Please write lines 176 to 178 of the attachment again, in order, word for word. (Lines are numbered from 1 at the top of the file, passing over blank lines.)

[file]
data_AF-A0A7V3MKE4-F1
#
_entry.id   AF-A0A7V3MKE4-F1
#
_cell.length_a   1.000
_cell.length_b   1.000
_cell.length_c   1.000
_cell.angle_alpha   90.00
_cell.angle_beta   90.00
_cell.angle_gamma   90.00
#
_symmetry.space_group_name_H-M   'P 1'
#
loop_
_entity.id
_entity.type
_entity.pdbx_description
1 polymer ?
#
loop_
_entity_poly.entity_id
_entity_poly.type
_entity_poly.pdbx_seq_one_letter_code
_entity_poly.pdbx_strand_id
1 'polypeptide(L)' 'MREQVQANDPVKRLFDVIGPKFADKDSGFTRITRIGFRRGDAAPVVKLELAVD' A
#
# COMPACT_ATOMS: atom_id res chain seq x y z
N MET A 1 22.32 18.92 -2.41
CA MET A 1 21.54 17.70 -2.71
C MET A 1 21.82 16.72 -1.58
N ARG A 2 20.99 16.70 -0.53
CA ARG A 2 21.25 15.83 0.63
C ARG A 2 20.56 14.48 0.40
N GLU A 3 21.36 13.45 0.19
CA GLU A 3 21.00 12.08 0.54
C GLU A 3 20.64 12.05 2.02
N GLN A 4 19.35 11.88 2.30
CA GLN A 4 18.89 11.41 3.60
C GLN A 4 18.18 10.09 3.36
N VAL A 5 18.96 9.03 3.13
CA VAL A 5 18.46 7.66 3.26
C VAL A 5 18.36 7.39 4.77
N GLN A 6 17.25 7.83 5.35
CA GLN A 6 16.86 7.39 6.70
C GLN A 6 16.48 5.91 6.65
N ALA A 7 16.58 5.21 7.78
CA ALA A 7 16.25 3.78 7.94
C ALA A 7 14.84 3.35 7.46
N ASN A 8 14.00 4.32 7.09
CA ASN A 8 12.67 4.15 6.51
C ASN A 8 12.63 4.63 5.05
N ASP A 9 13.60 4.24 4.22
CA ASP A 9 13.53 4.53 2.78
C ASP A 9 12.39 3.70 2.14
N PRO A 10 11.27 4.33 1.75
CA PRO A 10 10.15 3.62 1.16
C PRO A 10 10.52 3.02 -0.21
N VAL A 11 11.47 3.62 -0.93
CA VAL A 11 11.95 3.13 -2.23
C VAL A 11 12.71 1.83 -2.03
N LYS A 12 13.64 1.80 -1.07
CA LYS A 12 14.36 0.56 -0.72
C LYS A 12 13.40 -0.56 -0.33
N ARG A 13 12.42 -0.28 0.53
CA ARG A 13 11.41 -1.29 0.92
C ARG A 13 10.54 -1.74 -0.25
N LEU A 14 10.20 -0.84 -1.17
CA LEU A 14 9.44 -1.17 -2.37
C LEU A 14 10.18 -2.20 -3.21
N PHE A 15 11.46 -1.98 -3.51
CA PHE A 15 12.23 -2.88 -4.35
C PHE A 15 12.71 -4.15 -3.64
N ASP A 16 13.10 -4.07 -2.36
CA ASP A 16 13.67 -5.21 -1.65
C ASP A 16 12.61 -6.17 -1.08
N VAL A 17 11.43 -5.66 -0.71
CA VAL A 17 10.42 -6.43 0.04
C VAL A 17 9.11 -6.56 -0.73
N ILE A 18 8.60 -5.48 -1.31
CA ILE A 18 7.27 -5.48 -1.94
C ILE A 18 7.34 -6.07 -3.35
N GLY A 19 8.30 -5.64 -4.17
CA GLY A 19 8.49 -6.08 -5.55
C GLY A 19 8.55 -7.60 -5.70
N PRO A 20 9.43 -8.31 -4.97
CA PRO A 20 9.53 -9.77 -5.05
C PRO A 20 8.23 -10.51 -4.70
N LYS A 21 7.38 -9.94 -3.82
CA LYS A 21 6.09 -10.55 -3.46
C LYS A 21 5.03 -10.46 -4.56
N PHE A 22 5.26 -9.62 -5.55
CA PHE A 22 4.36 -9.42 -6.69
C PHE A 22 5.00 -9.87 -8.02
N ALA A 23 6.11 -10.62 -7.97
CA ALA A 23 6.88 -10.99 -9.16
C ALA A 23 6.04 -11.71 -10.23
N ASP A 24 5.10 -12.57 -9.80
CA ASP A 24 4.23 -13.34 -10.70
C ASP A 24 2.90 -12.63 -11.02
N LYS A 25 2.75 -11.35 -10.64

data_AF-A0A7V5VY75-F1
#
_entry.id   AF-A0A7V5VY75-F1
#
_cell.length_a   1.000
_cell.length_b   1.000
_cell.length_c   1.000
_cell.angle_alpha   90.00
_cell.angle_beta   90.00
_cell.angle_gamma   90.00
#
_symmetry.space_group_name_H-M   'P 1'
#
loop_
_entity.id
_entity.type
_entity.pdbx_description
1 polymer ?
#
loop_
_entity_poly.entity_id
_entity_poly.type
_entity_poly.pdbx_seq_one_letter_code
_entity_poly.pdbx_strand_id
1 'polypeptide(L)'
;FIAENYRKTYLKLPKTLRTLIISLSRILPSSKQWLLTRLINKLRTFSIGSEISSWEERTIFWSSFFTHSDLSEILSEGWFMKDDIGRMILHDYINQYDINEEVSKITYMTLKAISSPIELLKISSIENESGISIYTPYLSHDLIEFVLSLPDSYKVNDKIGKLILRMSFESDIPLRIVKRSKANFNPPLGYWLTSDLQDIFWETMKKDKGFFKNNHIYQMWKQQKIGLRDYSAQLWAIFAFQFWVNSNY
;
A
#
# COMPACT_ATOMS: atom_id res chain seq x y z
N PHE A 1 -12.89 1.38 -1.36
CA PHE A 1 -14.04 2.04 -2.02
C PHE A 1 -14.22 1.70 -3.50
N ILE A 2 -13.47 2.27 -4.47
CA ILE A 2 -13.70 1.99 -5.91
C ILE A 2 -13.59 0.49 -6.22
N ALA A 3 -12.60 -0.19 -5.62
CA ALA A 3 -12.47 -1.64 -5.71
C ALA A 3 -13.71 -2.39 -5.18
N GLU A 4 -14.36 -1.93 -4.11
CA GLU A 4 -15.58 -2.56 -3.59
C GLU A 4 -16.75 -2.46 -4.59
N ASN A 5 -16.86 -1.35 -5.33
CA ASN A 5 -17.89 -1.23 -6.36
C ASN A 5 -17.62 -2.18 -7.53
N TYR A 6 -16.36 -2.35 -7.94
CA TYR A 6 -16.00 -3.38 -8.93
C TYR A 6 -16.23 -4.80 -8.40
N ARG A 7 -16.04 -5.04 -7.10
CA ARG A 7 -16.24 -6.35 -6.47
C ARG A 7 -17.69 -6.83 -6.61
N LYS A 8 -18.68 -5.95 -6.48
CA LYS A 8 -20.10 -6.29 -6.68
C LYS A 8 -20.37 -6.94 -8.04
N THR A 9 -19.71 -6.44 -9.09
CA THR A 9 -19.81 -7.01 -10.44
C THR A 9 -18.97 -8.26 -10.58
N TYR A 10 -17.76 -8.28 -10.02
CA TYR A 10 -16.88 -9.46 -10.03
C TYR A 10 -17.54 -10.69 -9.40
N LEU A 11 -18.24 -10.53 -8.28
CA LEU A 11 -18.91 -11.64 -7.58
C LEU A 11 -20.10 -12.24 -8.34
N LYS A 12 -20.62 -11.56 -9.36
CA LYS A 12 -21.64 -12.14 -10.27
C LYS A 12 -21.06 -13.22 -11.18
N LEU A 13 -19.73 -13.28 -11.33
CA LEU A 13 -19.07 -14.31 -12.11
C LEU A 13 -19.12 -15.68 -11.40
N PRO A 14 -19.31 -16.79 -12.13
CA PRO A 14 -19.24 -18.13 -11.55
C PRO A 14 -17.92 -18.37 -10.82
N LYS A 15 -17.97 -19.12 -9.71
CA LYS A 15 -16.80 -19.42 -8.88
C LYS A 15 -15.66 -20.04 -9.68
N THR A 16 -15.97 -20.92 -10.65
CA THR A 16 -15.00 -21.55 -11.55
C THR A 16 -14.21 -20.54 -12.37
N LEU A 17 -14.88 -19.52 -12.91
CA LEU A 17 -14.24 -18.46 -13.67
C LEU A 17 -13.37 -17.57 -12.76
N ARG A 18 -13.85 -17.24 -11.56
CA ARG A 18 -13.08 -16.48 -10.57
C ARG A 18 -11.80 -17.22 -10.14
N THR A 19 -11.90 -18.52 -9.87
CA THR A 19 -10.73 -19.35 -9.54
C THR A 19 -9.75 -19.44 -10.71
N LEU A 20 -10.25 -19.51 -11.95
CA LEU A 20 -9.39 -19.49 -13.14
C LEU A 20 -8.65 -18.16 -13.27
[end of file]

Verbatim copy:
N THR A 16 -15.97 -20.92 -10.65
CA THR A 16 -15.00 -21.55 -11.55
C THR A 16 -14.21 -20.54 -12.37